Relational correspondence in tone sandhi
Massachusetts Institute of Technology. Dept. of Linguistics and Philosophy.
Michael Kenstowicz and Donca Steriade.
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This dissertation proposes that the constraint component of OT grammars should be expanded to include a family of faithfulness constraints that evaluate input-output/output-output mappings for the preservation of gross Fo contours (rising, falling, level) across two or more segments. Following Steriade (2006), I refer to constraints in this family as Relational Correspondence constraints. The central tenet of Relational Correspondence is that phonological processes are shaped by pressure to maintain perceptual similarity between correspondent relations between successive elements, or syntagmatic contrast preservation in the auditory domain Fo, as opposed to paradigmatic contrast preservation according to which the well-formedness of an entity is evaluated with reference to the set of entities it contrasts with. Two types of Relational Correspondence are distinguished in this work: Contour and Slope Correspondence. Contour Correspondence, formulated as RELCORR constraints, assesses correspondence of the phonological height (Fo scaling) relation between successive tones. Four height relations are proposed for the tonal contour: "greater than" (x>y), "less than" (x<y), "equal to" (x=y), and "non-equal to" (x=/y). Preservation of the four scaling relations is contextualized with respect to different degrees of cohesiveness: nucleus-internal, word-internal and across words. Slope Correspondence, formulated as MATCH-SLOPE constraints, requires preservation of the steepness of the Fo contour across successive tones. Relational correspondence provides a unifying account for a number of seemingly unrelated tone sandhi phenomena in genetically diverse languages, while explaining empirical facts that cannot be adequately expressed within the standard Correspondence Theory of faithfulness plus markedness constraints.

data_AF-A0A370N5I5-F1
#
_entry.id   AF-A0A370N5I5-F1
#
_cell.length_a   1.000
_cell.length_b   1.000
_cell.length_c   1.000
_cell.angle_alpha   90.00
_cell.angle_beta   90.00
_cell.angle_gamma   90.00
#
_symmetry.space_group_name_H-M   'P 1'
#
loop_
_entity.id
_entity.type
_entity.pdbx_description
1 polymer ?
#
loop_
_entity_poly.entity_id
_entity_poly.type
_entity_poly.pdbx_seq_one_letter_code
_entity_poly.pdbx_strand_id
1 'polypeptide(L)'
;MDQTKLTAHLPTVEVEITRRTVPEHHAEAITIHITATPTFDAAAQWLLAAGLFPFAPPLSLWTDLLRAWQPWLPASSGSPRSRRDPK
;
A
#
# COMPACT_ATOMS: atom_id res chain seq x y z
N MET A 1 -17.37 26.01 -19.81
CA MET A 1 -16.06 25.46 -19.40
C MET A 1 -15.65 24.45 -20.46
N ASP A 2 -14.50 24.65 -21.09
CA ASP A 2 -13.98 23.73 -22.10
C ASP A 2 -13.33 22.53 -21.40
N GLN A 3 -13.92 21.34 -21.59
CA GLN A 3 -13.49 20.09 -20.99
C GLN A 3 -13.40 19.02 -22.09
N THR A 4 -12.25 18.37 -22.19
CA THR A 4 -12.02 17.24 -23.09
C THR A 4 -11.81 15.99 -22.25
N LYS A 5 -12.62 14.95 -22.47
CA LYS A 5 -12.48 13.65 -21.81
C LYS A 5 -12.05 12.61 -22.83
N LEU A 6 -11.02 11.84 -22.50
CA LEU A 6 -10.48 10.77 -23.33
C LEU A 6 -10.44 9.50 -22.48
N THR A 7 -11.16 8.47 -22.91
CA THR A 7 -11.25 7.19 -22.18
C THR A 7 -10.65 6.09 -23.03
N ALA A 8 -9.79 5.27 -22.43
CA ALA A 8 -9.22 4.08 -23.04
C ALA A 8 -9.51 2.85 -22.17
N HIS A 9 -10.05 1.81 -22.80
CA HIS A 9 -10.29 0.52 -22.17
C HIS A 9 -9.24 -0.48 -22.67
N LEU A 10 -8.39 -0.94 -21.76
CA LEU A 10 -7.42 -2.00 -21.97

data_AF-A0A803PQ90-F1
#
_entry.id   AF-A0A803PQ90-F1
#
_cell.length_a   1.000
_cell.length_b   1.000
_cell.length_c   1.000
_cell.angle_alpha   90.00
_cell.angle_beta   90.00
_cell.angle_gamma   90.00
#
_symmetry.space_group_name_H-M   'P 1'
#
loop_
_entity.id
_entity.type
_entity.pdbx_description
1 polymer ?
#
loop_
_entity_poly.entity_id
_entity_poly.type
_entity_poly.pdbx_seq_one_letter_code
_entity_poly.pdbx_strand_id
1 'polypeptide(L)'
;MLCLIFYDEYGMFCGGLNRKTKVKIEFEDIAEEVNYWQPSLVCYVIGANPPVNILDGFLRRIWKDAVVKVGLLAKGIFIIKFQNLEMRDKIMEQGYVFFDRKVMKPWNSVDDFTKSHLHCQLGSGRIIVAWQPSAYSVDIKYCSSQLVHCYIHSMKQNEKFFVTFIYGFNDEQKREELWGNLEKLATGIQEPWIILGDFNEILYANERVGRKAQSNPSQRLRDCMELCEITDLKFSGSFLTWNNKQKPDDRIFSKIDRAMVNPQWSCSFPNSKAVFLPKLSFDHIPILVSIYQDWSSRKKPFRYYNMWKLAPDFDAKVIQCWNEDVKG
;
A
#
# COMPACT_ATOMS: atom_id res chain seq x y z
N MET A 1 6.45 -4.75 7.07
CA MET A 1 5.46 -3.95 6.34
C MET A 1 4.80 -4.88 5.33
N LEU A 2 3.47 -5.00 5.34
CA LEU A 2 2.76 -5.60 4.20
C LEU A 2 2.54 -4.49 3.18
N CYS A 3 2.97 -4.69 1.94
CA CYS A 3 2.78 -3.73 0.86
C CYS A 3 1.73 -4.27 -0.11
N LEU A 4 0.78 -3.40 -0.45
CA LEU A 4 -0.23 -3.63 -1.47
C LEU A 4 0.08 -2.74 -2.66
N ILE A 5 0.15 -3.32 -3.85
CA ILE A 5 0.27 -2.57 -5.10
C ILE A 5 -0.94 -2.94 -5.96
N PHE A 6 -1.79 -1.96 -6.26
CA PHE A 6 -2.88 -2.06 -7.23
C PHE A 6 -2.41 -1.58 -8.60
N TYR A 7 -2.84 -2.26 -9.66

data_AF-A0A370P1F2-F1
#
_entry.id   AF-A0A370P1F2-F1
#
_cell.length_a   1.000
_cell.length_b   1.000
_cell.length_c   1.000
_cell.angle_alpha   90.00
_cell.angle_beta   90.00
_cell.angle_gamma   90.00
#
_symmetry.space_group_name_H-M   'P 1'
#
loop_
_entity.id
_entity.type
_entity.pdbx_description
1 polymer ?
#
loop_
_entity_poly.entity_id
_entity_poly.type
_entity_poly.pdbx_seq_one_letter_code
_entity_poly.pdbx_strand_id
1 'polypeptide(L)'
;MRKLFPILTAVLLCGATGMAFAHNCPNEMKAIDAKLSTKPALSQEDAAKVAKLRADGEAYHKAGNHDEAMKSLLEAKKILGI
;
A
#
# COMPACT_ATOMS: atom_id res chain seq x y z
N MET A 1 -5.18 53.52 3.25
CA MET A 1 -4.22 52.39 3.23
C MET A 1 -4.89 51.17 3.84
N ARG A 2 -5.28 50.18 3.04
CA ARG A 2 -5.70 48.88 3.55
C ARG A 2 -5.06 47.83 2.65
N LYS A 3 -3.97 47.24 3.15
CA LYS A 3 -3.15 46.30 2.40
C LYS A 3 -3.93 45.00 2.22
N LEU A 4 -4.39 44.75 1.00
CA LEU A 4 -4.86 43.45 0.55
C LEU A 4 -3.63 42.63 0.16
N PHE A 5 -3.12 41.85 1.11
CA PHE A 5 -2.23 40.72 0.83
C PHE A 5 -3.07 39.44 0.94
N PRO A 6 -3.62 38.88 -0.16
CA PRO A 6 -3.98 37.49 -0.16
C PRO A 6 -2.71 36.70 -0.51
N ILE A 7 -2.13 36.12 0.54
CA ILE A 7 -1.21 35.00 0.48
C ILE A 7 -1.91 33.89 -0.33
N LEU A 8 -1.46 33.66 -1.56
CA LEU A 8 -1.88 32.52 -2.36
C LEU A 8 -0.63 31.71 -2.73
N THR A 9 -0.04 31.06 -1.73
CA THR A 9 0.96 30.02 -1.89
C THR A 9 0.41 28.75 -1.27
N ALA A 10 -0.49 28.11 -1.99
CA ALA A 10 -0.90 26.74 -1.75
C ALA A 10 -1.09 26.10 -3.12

Thesis (Ph. D.)--Massachusetts Institute of Technology, Dept. of Linguistics and Philosophy, 2007.Includes bibliographical references (p. 283-292).
DepartmentMassachusetts Institute of Technology. Dept. of Linguistics and Philosophy.
Massachusetts Institute of Technology
Linguistics and Philosophy.